Basketball NSW launch state-wide I am a Girl I can do anything campaign in The Hills

Basketball NSW and the Hills Basketball Association want girls to know they can do anything in basketball. 

The ‘I am a Girl’ conference was launched with the aim to increase female participation throughout the sport.

Olympic silver medalist and Basketball NSW hall of famer Annie La Fleur is the program’s ambassador and will be a mentor for the girls.

She said it’s an honour to be involved. 

“I’ve been involved with basketball since I was 14-years-old and I’ve had a lot of experiences – good and bad,” La Fleur said. 

La Fleur is also a development manager for FIBA Oceania. 

She said programs like this will help let women know there are opportunities for leadership on and off the court.

“There has been a decline in participation in girls so I think it’s great to have a program like this to bring them out and let them know that there are all different aspects of basketball,” she said. 

The program is the brainchild of Karen Burke from the Hills Hornets who identified a need to help more women get involved leaderships positions in basketball.

Although 75 per cent of managers are women at the Hornets, just four of the rep coaches were female.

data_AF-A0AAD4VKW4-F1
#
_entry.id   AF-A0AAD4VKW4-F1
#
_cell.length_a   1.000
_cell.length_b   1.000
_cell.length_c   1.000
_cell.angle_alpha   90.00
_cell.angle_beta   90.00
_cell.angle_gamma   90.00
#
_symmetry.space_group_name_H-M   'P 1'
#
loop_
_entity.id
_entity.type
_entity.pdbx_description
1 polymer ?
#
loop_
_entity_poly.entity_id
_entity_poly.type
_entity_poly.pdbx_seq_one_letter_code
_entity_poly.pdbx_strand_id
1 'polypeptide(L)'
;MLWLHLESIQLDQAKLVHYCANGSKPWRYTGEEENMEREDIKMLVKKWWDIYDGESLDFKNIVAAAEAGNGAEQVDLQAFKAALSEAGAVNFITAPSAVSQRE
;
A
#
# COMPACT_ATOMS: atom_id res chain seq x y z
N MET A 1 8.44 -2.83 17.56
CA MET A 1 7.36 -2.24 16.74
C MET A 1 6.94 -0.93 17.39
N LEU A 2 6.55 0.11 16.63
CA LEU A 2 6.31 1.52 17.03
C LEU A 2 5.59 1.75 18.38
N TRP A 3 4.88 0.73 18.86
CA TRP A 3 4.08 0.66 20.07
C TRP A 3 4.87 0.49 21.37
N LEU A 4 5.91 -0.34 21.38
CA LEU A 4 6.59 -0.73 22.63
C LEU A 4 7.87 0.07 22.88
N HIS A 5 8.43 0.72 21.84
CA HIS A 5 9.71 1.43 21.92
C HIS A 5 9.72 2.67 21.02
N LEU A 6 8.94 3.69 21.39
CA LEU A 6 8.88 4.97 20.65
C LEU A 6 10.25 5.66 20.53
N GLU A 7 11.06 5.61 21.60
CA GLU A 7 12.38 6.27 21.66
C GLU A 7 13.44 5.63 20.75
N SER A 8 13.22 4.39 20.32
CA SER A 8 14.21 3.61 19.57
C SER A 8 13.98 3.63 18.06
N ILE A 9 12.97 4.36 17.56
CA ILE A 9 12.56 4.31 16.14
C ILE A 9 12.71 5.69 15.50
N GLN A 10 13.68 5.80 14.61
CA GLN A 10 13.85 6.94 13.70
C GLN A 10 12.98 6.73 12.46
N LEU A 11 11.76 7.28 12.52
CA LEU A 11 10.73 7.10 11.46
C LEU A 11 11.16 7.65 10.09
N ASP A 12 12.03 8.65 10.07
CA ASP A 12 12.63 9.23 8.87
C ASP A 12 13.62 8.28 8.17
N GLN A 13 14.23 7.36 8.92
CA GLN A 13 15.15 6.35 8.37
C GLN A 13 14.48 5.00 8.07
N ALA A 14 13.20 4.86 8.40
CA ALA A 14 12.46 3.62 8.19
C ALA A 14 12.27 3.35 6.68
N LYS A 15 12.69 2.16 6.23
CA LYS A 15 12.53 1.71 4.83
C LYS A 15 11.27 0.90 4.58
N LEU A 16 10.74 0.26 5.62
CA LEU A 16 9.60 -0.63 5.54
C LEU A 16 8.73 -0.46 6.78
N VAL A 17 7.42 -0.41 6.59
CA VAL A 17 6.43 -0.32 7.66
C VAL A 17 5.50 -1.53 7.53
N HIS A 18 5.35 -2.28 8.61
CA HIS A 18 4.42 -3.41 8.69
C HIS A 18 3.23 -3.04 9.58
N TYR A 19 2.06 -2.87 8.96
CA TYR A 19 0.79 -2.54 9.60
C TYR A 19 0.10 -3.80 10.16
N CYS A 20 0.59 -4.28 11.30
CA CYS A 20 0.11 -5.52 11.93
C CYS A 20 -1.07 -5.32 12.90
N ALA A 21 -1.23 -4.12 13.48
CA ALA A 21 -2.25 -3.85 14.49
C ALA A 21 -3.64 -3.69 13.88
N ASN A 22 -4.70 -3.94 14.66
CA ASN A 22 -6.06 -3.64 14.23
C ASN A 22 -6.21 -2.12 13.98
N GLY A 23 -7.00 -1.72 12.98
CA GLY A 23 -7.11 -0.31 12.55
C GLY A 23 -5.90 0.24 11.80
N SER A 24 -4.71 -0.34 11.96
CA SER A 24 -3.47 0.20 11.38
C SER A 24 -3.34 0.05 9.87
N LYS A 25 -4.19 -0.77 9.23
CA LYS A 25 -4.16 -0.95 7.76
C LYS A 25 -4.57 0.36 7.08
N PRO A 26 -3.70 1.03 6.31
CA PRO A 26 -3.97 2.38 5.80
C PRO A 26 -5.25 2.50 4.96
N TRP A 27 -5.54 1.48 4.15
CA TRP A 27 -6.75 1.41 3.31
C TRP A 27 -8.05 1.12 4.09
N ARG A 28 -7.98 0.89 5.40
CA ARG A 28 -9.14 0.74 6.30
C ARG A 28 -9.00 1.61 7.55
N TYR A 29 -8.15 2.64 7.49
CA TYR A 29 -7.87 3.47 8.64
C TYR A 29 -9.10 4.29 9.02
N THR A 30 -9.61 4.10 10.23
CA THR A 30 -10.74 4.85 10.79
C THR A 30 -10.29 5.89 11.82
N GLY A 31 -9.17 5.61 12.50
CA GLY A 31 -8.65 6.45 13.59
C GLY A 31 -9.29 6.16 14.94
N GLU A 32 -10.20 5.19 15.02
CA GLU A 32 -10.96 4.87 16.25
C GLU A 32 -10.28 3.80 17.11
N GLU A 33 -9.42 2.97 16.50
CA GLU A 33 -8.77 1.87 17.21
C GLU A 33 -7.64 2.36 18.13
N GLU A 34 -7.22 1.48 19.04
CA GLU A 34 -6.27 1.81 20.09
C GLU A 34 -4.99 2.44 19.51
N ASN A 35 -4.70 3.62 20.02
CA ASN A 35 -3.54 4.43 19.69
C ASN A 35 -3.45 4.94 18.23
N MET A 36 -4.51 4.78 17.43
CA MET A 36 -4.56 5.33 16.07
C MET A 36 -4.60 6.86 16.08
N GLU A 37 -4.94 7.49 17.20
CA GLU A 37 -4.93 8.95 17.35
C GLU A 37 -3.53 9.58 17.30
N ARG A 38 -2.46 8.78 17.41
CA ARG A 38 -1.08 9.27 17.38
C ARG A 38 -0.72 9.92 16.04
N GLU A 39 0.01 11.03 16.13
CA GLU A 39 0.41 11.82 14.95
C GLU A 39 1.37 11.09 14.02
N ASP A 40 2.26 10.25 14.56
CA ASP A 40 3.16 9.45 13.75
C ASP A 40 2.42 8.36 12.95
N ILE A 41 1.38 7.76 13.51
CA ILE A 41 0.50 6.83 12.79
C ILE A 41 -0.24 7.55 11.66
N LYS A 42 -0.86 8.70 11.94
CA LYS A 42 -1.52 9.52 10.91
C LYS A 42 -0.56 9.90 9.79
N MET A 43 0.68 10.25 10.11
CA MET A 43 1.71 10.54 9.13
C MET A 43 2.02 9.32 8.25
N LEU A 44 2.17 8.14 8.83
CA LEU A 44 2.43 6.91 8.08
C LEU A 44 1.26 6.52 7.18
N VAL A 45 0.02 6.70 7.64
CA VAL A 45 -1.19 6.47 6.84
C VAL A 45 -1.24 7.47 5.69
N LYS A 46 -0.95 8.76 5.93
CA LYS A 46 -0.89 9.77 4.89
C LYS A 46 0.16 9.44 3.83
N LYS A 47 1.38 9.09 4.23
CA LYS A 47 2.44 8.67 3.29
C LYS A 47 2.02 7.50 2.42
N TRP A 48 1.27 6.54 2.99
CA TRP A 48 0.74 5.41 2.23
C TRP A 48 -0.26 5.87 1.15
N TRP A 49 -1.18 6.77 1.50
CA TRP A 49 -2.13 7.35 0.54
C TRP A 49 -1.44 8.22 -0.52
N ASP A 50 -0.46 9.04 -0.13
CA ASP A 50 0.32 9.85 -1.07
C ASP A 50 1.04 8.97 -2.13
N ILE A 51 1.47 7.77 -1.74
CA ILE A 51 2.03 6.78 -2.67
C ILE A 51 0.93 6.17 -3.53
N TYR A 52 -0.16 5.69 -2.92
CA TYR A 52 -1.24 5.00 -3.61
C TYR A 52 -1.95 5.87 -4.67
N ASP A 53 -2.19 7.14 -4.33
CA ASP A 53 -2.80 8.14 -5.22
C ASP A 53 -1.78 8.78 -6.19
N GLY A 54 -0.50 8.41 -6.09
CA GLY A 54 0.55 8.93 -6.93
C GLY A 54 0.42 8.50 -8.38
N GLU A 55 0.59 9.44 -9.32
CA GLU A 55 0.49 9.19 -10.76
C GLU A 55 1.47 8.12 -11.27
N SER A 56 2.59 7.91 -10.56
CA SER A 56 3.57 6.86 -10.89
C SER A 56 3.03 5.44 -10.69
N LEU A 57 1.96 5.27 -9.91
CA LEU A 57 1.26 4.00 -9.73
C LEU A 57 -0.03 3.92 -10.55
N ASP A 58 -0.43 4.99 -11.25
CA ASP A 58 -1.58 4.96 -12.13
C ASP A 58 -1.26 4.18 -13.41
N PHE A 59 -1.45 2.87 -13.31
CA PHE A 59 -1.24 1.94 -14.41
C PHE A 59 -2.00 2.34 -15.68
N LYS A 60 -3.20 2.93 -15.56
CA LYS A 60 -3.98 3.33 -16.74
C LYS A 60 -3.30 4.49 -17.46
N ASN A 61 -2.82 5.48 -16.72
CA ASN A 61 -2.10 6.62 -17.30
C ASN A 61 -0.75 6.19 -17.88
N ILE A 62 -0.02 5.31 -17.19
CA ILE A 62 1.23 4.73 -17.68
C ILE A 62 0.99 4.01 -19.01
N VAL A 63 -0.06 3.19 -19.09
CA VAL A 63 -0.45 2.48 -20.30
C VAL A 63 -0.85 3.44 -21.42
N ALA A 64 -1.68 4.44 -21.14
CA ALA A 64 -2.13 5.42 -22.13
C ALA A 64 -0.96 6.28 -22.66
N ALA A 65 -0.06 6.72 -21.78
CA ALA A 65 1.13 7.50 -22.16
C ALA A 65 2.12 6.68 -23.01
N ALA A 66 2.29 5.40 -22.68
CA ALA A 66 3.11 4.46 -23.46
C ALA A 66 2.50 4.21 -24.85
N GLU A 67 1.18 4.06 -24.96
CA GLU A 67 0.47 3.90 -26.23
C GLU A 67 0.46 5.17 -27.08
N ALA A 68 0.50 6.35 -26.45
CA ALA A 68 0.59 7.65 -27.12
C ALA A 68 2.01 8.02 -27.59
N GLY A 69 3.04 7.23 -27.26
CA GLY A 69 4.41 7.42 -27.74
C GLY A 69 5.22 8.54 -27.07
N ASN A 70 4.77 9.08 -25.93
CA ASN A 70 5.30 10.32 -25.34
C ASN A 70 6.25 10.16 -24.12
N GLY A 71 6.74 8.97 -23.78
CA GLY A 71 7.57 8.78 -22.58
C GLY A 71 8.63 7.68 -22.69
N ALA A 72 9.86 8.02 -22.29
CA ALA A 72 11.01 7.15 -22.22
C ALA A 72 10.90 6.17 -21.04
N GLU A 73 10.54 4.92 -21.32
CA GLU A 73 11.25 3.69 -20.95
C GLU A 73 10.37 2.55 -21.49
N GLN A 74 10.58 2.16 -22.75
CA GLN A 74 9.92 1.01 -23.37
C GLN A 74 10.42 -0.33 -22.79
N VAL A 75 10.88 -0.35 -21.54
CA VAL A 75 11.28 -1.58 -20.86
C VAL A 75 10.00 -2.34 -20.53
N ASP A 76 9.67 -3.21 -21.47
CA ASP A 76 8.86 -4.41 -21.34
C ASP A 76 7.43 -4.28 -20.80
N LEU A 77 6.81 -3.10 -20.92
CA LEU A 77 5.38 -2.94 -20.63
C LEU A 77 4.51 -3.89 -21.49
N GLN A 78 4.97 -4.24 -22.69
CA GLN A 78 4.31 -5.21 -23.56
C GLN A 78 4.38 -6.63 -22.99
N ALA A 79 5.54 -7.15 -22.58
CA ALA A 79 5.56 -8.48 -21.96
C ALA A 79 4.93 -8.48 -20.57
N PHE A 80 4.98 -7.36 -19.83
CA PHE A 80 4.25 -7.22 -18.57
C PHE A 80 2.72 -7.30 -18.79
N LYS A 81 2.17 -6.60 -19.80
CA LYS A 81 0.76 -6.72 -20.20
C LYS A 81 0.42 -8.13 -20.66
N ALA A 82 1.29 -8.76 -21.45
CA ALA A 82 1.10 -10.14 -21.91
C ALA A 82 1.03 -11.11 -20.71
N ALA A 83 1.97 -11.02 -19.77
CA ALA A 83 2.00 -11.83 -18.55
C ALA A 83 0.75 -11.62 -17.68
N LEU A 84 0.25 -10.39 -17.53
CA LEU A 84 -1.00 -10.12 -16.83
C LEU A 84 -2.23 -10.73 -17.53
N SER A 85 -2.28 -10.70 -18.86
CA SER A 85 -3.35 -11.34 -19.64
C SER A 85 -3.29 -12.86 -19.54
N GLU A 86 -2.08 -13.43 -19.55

“When I started analysing the numbers, in coaching and refereeing, they were dominated by boys, which is fantastic, but the girls weren’t putting themselves forward,” Mrs Burke said. 

“Part of the program was to design leadership to provide them a pathway and to say ‘you can do it’.”

Hills Hornets referee Haylee Cole, 22, said the mentorship had already been of assistance.

Having started a primary teaching career, Cole said it had given her a platform to understand how to balance work and be a high-level basketball official.

“It just equips me to want to pursue this passion even further,” she said. 

“Having those mentors there is a great support and makes me realise that I can have a full-time job as well as a job in basketball. 

“It makes me want to continue pursuing those goals that I have.”

Basketball NSW chief executive Maria Nordstrom said the program would be rolled out in associations across the state. 

There are also plans for two state-wide conferences per year with the first one at Qudos Bank Arena in October.

“Women tend to choose either academics or their sport when they come to certain age,” she said. 

“I think to find that family within sport. I played for a long time in Sweden and in Melbourne but my friends today are my lifelong friends from sport.”

Smartphone
Tablet - Narrow
Tablet - Wide
Desktop